How Twitter can make or break a movie

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Cinema Box Office
Image by Kevin H. via Flickr

Research in September by 360i, a search agency in London, shows a direct correlation between the balance of negative and positive Tweets about a movie, and its performance at the box office. Looking at four movies (District 9, The Goods: Live Hard, Sell Hard, The Time Traveler’s Wife and Brüno) they show that films that have a greater proportion of negative posts and reviews on Twitter also enjoy a higher day-on-day fall in Box Office ticket sales after launch. And whilst we must not confuse correlation with causality, it seems for these movies that those movies who have more negative posts on Twitter also see a bigger drop in sales after they open.

The relationship between Twitter and the success of a movie is starting to become clearer. Whilst this data is not sufficient to claim that there is a direct impact of negative reviews on Twitter on ticket sales, it is evident that negative reviews in Twitter, among other things, are impacting on consumer choices. And in many cases they are choosing not to view the movie.

Traditional movie marketing and performance is tracked closely, with day-on-day ticket sales being measured and the results feeding directly into the amount and type of PR and marketing activities that take place. This is a long-standing technique that is used to bolster ticket sales if they are not performing as well as expected, and to identify over-performing movies and work to amplify the impact they are having. With social media, this approach needs to adapt and change.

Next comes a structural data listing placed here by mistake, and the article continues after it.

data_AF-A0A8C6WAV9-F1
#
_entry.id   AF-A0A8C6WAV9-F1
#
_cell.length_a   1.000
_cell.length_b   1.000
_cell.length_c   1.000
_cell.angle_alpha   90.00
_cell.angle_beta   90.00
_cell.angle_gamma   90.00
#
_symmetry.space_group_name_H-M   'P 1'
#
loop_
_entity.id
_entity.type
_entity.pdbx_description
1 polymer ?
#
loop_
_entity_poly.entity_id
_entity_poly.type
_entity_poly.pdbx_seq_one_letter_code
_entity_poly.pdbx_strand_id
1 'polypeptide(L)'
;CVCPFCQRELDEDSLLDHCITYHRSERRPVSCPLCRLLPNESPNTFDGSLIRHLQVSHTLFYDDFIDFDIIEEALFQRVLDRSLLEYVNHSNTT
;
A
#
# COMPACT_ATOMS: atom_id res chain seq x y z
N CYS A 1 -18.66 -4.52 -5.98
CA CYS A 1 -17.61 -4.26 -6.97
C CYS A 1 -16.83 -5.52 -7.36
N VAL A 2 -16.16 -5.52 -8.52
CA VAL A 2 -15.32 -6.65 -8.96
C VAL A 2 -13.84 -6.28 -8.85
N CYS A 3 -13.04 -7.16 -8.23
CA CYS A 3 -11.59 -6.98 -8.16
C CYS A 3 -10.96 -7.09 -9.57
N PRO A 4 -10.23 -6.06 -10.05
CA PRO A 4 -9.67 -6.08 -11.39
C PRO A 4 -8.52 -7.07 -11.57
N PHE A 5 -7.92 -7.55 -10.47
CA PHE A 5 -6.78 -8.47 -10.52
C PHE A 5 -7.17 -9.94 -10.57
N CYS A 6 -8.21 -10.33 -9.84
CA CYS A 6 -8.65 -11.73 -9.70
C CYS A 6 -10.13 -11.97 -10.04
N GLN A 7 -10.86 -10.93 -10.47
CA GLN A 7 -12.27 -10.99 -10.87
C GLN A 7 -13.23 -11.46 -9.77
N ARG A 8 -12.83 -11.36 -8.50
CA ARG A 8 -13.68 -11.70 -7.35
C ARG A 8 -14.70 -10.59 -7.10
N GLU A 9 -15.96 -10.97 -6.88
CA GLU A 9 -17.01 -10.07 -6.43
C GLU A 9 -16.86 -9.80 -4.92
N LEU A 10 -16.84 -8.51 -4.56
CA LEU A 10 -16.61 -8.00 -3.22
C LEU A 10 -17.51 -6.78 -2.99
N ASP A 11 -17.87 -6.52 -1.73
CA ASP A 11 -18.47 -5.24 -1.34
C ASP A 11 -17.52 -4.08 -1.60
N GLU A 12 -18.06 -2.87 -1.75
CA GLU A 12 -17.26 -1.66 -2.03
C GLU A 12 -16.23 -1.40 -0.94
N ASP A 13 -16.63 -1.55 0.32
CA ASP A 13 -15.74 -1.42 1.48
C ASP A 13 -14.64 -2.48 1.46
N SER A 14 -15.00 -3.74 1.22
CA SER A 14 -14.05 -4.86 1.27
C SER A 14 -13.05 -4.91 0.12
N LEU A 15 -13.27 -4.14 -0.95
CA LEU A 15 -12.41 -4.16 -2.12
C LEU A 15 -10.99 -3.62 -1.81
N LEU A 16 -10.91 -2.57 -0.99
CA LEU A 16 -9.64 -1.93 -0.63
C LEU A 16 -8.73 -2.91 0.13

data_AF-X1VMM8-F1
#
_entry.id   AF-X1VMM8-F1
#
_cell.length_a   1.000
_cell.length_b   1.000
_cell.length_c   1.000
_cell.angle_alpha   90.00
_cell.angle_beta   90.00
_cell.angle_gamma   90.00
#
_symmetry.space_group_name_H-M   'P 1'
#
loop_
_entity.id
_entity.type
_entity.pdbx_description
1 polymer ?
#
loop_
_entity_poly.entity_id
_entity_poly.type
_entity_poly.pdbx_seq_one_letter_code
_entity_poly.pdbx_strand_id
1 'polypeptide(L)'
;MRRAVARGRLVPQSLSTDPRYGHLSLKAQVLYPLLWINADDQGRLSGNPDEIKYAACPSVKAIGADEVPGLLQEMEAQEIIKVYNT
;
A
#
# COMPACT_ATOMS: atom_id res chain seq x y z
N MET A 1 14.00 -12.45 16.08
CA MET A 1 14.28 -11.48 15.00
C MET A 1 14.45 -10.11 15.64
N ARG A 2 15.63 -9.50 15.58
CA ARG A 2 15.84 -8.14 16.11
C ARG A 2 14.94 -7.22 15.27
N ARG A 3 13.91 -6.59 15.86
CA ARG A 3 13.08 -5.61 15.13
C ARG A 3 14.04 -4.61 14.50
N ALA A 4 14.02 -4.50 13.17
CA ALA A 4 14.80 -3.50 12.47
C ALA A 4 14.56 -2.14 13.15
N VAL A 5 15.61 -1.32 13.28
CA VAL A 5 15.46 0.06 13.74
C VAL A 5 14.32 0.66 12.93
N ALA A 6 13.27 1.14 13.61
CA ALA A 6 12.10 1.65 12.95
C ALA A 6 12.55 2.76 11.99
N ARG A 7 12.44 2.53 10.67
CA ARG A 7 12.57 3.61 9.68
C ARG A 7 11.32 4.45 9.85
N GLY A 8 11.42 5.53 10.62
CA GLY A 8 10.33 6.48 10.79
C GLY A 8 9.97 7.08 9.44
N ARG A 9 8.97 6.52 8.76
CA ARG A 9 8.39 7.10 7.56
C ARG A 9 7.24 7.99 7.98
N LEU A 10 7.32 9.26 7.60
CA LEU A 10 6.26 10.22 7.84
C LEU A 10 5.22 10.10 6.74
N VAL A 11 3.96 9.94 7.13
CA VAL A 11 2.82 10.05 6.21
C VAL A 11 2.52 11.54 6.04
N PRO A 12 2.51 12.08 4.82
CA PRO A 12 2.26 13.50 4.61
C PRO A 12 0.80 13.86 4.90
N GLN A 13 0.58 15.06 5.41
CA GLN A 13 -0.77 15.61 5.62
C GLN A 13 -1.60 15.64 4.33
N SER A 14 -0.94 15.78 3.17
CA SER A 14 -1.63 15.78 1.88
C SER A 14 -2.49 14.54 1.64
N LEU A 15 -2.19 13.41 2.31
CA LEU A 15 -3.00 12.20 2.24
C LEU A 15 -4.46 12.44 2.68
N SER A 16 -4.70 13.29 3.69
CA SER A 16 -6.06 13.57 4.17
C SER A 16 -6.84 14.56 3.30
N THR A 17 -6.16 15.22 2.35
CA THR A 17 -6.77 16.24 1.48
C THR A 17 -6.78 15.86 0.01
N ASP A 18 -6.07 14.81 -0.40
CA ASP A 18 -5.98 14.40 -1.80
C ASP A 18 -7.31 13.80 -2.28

The main impact of Twitter is its speed. It is easy and quick for movie-goers to post a review of the movie they have just seen, and for a blockbuster movie in an opening weekend, you might expect many thousands of reviews in a short space of time. The content is concentrated in a small amount of time and discussions about a particular movie can quickly become trending topics. For a short amount of time it is relatively easy for it to seem that “everybody is talking about” a movie when it opens. And if users are negative about it, then this can have a serious impact on the movie and on ticket sales. This is dangerous for the studios, especially those who don’t have an effective social media marketing strategy. They can very quickly lose control of their movie’s reputation and the positive word-of-mouth can get drowned by the negative.

Twitter is, in fact, a great place for studios. Whether the direct causation between negative posts and decreasing box office sales is true or not does not matter. Twitter provides an instant and detailed feedback mechanism for studios. Those with effective buzz tracking and monitoring services can quickly see the impact of a movie from the moment the audience leaves the first screening. They can then use social media, and traditional marketing and PR activities, to amplify the positive word of mouth and also to help to minimise the impact of the negative. By knowing and tracking what is going on, studios can use this information to their benefit.

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